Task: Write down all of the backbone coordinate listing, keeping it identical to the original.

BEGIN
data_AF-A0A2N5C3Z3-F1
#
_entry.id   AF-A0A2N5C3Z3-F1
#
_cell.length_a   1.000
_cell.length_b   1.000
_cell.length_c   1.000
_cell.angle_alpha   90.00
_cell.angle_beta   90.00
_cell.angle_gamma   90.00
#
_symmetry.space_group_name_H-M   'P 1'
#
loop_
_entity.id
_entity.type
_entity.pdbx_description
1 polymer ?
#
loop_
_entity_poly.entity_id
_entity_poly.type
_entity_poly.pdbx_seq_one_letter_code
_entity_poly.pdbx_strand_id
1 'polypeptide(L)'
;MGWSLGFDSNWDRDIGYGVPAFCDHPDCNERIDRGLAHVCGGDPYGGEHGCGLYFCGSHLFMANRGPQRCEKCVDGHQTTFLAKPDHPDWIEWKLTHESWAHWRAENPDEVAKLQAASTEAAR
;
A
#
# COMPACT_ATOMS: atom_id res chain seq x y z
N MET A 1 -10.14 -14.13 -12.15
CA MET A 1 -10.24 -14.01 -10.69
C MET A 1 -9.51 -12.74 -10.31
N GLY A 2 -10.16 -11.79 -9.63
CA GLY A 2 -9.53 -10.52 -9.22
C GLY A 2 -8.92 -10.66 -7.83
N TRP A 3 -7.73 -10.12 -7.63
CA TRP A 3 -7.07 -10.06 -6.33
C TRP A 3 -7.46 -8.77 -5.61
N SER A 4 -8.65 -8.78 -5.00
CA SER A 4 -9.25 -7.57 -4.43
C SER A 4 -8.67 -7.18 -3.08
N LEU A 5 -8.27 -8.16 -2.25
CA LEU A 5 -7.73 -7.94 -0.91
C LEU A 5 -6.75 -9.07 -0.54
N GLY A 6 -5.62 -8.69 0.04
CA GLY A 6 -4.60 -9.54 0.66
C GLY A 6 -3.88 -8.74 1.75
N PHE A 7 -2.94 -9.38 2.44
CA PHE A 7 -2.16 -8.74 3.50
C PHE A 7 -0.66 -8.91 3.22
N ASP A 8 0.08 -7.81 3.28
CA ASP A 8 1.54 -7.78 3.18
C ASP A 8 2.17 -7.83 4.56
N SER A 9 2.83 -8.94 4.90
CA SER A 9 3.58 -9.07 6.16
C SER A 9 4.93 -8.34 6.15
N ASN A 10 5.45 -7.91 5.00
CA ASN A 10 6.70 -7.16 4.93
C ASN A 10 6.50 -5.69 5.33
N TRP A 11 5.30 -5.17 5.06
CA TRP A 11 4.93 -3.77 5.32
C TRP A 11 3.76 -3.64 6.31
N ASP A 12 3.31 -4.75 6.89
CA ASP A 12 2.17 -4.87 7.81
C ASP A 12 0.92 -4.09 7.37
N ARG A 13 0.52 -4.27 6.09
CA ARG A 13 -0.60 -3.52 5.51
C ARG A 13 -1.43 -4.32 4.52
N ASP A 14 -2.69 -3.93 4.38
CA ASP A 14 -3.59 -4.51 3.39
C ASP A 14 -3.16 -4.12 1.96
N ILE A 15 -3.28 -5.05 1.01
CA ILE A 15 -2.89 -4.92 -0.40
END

data_AF-A0A2N5C3Z3-F1
#
_entry.id   AF-A0A2N5C3Z3-F1
#
_cell.length_a   1.000
_cell.length_b   1.000
_cell.length_c   1.000
_cell.angle_alpha   90.00
_cell.angle_beta   90.00
_cell.angle_gamma   90.00
#
_symmetry.space_group_name_H-M   'P 1'
#
loop_
_entity.id
_entity.type
_entity.pdbx_description
1 polymer ?
#
loop_
_entity_poly.entity_id
_entity_poly.type
_entity_poly.pdbx_seq_one_letter_code
_entity_poly.pdbx_strand_id
1 'polypeptide(L)'
;MGWSLGFDSNWDRDIGYGVPAFCDHPDCNERIDRGLAHVCGGDPYGGEHGCGLYFCGSHLFMANRGPQRCEKCVDGHQTTFLAKPDHPDWIEWKLTHESWAHWRAENPDEVAKLQAASTEAAR
;
A
#
# COMPACT_ATOMS: atom_id res chain seq x y z
N MET A 1 -10.14 -14.13 -12.15
CA MET A 1 -10.24 -14.01 -10.69
C MET A 1 -9.51 -12.74 -10.31
N GLY A 2 -10.16 -11.79 -9.63
CA GLY A 2 -9.53 -10.52 -9.22
C GLY A 2 -8.92 -10.66 -7.83
N TRP A 3 -7.73 -10.12 -7.63
CA TRP A 3 -7.07 -10.06 -6.33
C TRP A 3 -7.46 -8.77 -5.61
N SER A 4 -8.65 -8.78 -5.00
CA SER A 4 -9.25 -7.57 -4.43
C SER A 4 -8.67 -7.18 -3.08
N LEU A 5 -8.27 -8.16 -2.25
CA LEU A 5 -7.73 -7.94 -0.91
C LEU A 5 -6.75 -9.07 -0.54
N GLY A 6 -5.62 -8.69 0.04
CA GLY A 6 -4.60 -9.54 0.66
C GLY A 6 -3.88 -8.74 1.75
N PHE A 7 -2.94 -9.38 2.44
CA PHE A 7 -2.16 -8.74 3.50
C PHE A 7 -0.66 -8.91 3.22
N ASP A 8 0.08 -7.81 3.28
CA ASP A 8 1.54 -7.78 3.18
C ASP A 8 2.17 -7.83 4.56
N SER A 9 2.83 -8.94 4.90
CA SER A 9 3.58 -9.07 6.16
C SER A 9 4.93 -8.34 6.15
N ASN A 10 5.45 -7.91 5.00
CA ASN A 10 6.70 -7.16 4.93
C ASN A 10 6.50 -5.69 5.33
N TRP A 11 5.30 -5.17 5.06
CA TRP A 11 4.93 -3.77 5.32
C TRP A 11 3.76 -3.64 6.31
N ASP A 12 3.31 -4.75 6.89
CA ASP A 12 2.17 -4.87 7.81
C ASP A 12 0.92 -4.09 7.37
N ARG A 13 0.52 -4.27 6.09
CA ARG A 13 -0.60 -3.52 5.51
C ARG A 13 -1.43 -4.32 4.52
N ASP A 14 -2.69 -3.93 4.38
CA ASP A 14 -3.59 -4.51 3.39
C ASP A 14 -3.16 -4.12 1.96
N ILE A 15 -3.28 -5.05 1.01
CA ILE A 15 -2.89 -4.92 -0.40